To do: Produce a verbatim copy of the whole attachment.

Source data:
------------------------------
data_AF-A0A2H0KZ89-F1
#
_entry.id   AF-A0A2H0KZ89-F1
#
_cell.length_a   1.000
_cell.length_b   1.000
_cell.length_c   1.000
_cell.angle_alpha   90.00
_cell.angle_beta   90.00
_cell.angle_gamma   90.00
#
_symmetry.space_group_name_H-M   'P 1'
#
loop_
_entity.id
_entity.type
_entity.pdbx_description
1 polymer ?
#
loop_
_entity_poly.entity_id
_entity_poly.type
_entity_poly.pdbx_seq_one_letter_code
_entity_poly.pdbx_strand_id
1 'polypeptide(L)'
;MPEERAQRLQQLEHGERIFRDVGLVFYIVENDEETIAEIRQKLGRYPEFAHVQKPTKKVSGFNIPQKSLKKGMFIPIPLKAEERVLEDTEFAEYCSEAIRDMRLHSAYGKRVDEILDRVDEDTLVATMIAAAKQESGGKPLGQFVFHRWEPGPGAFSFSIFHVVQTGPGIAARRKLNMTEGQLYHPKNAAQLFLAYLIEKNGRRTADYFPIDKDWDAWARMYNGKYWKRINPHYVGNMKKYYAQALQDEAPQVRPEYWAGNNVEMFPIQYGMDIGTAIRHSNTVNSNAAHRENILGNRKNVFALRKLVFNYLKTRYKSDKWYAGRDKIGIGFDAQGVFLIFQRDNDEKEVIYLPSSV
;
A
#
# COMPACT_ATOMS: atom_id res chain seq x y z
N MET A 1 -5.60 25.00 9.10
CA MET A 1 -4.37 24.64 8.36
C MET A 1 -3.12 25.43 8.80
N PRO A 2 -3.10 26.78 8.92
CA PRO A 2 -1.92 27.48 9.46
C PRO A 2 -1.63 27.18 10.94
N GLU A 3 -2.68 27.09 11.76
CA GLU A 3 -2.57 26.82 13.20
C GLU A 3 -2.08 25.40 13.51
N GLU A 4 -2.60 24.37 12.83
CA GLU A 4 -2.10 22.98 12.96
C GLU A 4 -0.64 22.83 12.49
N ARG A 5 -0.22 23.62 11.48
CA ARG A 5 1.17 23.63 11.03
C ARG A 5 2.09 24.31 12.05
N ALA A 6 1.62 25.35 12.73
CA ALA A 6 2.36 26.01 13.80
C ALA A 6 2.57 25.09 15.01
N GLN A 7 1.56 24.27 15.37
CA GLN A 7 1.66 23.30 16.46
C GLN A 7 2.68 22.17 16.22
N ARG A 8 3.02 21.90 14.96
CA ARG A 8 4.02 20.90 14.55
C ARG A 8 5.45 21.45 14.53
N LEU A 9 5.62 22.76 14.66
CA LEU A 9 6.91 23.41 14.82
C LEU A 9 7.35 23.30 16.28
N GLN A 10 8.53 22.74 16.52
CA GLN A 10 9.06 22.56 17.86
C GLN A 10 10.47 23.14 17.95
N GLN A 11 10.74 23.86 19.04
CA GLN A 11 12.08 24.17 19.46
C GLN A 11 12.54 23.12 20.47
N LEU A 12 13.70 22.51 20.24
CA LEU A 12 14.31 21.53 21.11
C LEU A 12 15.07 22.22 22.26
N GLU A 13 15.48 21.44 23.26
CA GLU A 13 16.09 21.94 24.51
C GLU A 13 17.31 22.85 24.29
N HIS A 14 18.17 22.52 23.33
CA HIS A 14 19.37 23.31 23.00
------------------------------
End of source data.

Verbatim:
data_AF-A0A2H0KZ89-F1
#
_entry.id   AF-A0A2H0KZ89-F1
#
_cell.length_a   1.000
_cell.length_b   1.000
_cell.length_c   1.000
_cell.angle_alpha   90.00
_cell.angle_beta   90.00
_cell.angle_gamma   90.00
#
_symmetry.space_group_name_H-M   'P 1'
#
loop_
_entity.id
_entity.type
_entity.pdbx_description
1 polymer ?
#
loop_
_entity_poly.entity_id
_entity_poly.type
_entity_poly.pdbx_seq_one_letter_code
_entity_poly.pdbx_strand_id
1 'polypeptide(L)'
;MPEERAQRLQQLEHGERIFRDVGLVFYIVENDEETIAEIRQKLGRYPEFAHVQKPTKKVSGFNIPQKSLKKGMFIPIPLKAEERVLEDTEFAEYCSEAIRDMRLHSAYGKRVDEILDRVDEDTLVATMIAAAKQESGGKPLGQFVFHRWEPGPGAFSFSIFHVVQTGPGIAARRKLNMTEGQLYHPKNAAQLFLAYLIEKNGRRTADYFPIDKDWDAWARMYNGKYWKRINPHYVGNMKKYYAQALQDEAPQVRPEYWAGNNVEMFPIQYGMDIGTAIRHSNTVNSNAAHRENILGNRKNVFALRKLVFNYLKTRYKSDKWYAGRDKIGIGFDAQGVFLIFQRDNDEKEVIYLPSSV
;
A
#
# COMPACT_ATOMS: atom_id res chain seq x y z
N MET A 1 -5.60 25.00 9.10
CA MET A 1 -4.37 24.64 8.36
C MET A 1 -3.12 25.43 8.80
N PRO A 2 -3.10 26.78 8.92
CA PRO A 2 -1.92 27.48 9.46
C PRO A 2 -1.63 27.18 10.94
N GLU A 3 -2.68 27.09 11.76
CA GLU A 3 -2.57 26.82 13.20
C GLU A 3 -2.08 25.40 13.51
N GLU A 4 -2.60 24.37 12.83
CA GLU A 4 -2.10 22.98 12.96
C GLU A 4 -0.64 22.83 12.49
N ARG A 5 -0.22 23.62 11.48
CA ARG A 5 1.17 23.63 11.03
C ARG A 5 2.09 24.31 12.05
N ALA A 6 1.62 25.35 12.73
CA ALA A 6 2.36 26.01 13.80
C ALA A 6 2.57 25.09 15.01
N GLN A 7 1.56 24.27 15.37
CA GLN A 7 1.66 23.30 16.46
C GLN A 7 2.68 22.17 16.22
N ARG A 8 3.02 21.90 14.96
CA ARG A 8 4.02 20.90 14.55
C ARG A 8 5.45 21.45 14.53
N LEU A 9 5.62 22.76 14.66
CA LEU A 9 6.91 23.41 14.82
C LEU A 9 7.35 23.30 16.28
N GLN A 10 8.53 22.74 16.52
CA GLN A 10 9.06 22.56 17.86
C GLN A 10 10.47 23.14 17.95
N GLN A 11 10.74 23.86 19.04
CA GLN A 11 12.08 24.17 19.46
C GLN A 11 12.54 23.12 20.47
N LEU A 12 13.70 22.51 20.24
CA LEU A 12 14.31 21.53 21.11
C LEU A 12 15.07 22.22 22.26
N GLU A 13 15.48 21.44 23.26
CA GLU A 13 16.09 21.94 24.51
C GLU A 13 17.31 22.85 24.29
N HIS A 14 18.17 22.52 23.33
CA HIS A 14 19.37 23.31 23.00